Comedy review: Bourgeois & Maurice: How to Save the World Without Really Trying

Bourgeois & Maurice: How to Save the World Without Really Trying
Bourgeois & Maurice: How to Save the World Without Really Trying
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It’s been four years since alternative-cabaret A-listers Bourgeois & Maurice brought their stylish, scabrous, satirical songs to the Fringe and, geopolitically speaking, things haven’t been going well since.

Star rating: *****

Bourgeois & Maurice: How to Save the World Without Really Trying

Bourgeois & Maurice: How to Save the World Without Really Trying

Venue: Underbelly, Cowgate (Venue 61)

“I don’t know about you,” Bourgeois notes, “but I feel like Earth is having a bit of a wobble lately. Sort of Britney Spears circa 2007.”

The gag is typical of the dry, distanced tone of a duo who present themselves as ultra-glam high-status interdimensional sightseers – or, in their words, “drag aliens singing about politics”. Frontman Bourgeois (George Heyworth), whose eyelashes almost brush the front row, is an impish, narcissistic charmer. His sister Maurice (Liv Morris), at the keyboard and other instruments beneath towering black beehive hair, is deadpan to the point of morbidity. And from their wide-angle vantage point, celebrity culture and civil war seem like more or less equivalent facets of absurd human frailty.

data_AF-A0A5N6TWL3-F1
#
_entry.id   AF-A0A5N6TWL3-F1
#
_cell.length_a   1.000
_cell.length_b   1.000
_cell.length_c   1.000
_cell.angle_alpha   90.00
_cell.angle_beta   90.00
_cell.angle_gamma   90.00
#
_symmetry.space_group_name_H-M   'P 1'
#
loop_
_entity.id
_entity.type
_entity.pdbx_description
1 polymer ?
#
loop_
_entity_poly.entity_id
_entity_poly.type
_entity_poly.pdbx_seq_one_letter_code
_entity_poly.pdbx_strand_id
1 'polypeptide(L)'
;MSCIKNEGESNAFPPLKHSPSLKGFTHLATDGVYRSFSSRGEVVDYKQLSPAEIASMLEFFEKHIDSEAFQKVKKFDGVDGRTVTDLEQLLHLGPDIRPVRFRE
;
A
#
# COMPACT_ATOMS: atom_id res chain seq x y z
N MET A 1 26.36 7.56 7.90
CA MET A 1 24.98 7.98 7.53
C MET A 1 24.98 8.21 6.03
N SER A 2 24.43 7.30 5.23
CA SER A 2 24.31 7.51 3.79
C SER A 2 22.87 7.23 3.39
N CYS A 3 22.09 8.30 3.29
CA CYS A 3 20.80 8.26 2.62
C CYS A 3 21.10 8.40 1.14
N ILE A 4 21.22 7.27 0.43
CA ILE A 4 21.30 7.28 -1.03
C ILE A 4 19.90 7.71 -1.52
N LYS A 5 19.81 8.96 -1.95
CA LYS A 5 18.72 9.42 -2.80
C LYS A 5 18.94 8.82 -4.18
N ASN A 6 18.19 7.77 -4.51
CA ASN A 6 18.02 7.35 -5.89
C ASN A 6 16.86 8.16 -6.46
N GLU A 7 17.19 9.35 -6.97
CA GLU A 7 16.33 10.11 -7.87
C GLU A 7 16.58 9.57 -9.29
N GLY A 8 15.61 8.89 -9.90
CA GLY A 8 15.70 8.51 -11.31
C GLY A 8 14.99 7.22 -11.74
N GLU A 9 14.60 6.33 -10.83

In How to Save the World Without Really Trying, they sketch out the frankly terrifying contours of our flailing system with acerbic clarity through catchy tunes and devilish lyrics. Subjects include armchair activism and online opinionating, European decline and British hypocrisy; their “new national anthem” singles out time-honoured values like fish and chips, Operation Yewtree and selling arms to terrorists. One moment, Maurice melodically floats the idea of killing all men; the next, Bourgeois conveys his anxiety at not being invited to drug-fuelled gay orgies. (“I’m not saying I want 12 dicks in my arse. I’m just saying it might be nice to be asked.”) The tone is always clever, spiky and humane, never pompous or finger-wagging, and there’s even room for the odd glimmer of sincere emotion.

It’s also a very snazzy production. Bourgeois & Maurice are flanked by fluorescent tubes and a video screen that shows ingeniously absurd backdrops and askew interventions. And their wardrobe – always a highlight – includes looks that might be described as jester-velociraptor and intergalactic-SS chic. They also try on a few utopian ideas for size, from hedonism to dictatorship. Will you learn how to save the world? Sadly not. But you’ll be in excellent company as it continues to crumble.

Until 28 August. Tomorrow 9:25pm.

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